Quiero decirles que si están lidiando con una situación aparentemente imposible, los entiendo. Leo sobre sus episodios llenos de valentía todos los días. He escuchado sobre la escasez de comida en Venezuela, la brutalidad empleada contra los manifestantes, la concentración de poder del gobierno, el miedo por la seguridad ciudadana, y el temor por el futuro del país. El hecho de que tantos venezolanos hayan respondido a estas condiciones con métodos predominantemente no violentos es notable. No puedo imaginar el coraje que hace falta para eso. Si ustedes están enfrentando la crisis actual a través del empleo de métodos pacíficos para luchar por derechos, seguridad y acceso a comida, sepan que su valentía y persistencia nos inspiran, a mí y a muchos otros que están observando.

Me gustaría poder ofrecerles más que mis ojos de testigo o mis palabras como expresiones de solidaridad. Sin embargo, hay muchos recursos para personas que buscan conectarse con otros activistas provenientes de distintos contextos. Ellos pueden compartir sus experiencias con ustedes – un compendio de recursos mucho mayor a cualquiera que pudiese yo ofrecer. También existen recursos que pueden descargar en línea, en español. Mientras tanto, por favor acepten esta humilde expresión de buena voluntad, solidaridad y gratitud por su poderosa demostración de acción no violenta en la cara de la adversidad.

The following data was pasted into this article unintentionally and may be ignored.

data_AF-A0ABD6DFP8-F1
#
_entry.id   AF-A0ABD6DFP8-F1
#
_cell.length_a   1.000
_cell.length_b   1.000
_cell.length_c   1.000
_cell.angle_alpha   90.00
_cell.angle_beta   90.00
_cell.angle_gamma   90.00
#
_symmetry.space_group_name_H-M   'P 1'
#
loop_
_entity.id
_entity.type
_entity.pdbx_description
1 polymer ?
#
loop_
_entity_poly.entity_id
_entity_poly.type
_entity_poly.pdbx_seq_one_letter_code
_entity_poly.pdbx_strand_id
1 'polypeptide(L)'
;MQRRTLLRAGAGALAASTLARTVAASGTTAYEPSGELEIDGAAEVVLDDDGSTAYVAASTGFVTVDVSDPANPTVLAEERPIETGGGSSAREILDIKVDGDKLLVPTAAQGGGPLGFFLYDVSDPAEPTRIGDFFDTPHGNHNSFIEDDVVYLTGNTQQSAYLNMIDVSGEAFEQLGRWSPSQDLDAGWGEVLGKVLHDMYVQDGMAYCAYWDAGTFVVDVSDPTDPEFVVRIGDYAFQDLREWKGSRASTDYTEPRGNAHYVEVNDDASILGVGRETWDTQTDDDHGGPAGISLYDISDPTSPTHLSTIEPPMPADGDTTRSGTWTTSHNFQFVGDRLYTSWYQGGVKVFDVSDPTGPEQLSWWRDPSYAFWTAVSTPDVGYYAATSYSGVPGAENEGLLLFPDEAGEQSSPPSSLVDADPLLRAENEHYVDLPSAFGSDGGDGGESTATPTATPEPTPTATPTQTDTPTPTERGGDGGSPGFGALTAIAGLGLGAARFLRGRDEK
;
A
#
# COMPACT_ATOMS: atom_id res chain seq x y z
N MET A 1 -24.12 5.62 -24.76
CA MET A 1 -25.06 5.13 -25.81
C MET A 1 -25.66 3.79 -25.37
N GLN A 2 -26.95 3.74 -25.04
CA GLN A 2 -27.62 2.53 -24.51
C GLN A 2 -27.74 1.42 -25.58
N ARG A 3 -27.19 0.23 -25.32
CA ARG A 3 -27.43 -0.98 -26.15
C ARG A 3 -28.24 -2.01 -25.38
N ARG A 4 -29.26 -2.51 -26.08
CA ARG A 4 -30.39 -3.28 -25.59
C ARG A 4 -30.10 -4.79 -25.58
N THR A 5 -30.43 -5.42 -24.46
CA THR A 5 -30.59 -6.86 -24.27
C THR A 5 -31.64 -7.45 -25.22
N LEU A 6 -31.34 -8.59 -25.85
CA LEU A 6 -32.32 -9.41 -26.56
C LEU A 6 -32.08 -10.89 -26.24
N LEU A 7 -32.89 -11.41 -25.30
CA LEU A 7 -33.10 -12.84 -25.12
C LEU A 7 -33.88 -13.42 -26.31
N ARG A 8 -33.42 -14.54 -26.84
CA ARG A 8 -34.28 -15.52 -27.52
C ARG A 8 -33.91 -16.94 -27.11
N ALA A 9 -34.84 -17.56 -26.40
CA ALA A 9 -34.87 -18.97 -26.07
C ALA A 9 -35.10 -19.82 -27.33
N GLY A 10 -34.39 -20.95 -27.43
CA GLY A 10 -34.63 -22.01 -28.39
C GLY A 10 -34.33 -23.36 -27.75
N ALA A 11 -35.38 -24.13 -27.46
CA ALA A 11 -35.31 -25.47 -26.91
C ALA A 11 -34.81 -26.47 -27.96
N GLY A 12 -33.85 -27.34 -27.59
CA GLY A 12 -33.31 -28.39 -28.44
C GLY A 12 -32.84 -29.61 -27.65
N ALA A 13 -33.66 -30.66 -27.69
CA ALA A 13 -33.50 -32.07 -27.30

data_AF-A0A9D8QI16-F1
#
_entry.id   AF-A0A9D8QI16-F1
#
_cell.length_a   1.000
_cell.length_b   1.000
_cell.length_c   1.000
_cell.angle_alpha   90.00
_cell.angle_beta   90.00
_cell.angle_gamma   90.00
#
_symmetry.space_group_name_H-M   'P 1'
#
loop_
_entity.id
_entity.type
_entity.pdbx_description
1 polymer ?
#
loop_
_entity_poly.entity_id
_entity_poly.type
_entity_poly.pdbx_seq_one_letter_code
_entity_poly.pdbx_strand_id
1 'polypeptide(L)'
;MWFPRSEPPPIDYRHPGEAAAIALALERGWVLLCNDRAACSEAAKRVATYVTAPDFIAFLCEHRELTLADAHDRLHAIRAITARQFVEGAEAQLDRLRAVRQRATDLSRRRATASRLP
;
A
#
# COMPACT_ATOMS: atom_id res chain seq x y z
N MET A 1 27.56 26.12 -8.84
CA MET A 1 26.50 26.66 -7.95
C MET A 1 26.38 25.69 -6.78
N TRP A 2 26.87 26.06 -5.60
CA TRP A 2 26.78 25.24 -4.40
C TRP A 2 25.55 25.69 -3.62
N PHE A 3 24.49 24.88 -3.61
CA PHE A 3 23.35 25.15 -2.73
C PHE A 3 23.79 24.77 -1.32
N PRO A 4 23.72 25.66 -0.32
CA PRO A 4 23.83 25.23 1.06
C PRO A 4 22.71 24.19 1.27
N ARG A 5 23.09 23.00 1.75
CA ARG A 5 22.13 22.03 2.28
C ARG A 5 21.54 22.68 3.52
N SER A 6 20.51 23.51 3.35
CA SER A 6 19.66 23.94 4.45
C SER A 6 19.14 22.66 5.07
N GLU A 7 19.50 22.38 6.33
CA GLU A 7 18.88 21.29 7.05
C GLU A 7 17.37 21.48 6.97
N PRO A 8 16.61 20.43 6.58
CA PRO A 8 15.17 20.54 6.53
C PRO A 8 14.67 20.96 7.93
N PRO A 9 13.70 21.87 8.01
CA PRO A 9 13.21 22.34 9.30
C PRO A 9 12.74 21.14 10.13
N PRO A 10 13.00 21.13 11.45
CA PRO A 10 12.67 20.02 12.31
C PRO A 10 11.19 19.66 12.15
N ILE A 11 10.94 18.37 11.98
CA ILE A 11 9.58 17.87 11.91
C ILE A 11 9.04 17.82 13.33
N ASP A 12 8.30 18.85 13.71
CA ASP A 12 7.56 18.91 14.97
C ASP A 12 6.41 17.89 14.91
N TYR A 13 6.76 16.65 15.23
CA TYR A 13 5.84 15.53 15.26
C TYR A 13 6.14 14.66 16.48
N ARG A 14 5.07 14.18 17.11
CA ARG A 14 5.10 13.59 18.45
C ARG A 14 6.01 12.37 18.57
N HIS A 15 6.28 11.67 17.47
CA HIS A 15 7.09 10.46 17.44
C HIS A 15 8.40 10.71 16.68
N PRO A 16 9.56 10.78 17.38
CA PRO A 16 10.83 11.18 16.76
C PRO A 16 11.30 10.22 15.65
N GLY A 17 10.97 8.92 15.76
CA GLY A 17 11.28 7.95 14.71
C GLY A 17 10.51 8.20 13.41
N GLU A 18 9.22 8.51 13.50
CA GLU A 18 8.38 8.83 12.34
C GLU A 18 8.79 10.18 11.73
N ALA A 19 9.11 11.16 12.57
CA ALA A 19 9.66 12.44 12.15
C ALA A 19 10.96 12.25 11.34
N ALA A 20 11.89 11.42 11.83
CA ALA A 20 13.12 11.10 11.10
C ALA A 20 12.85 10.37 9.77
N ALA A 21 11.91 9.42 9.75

Su amiga en la paz y la humanidad,

Erica Chenoweth

(Traducción por Daniel Fermín, activista y académico venezolano)

 

May 12, 2017

To the people of Venezuela –

Over the past several years, hundreds of Venezuelans have reached out to me for advice regarding the current crisis there. I have read each heartfelt note personally. Due to my many commitments, I am unable to answer each of these heartbreaking requests for help individually.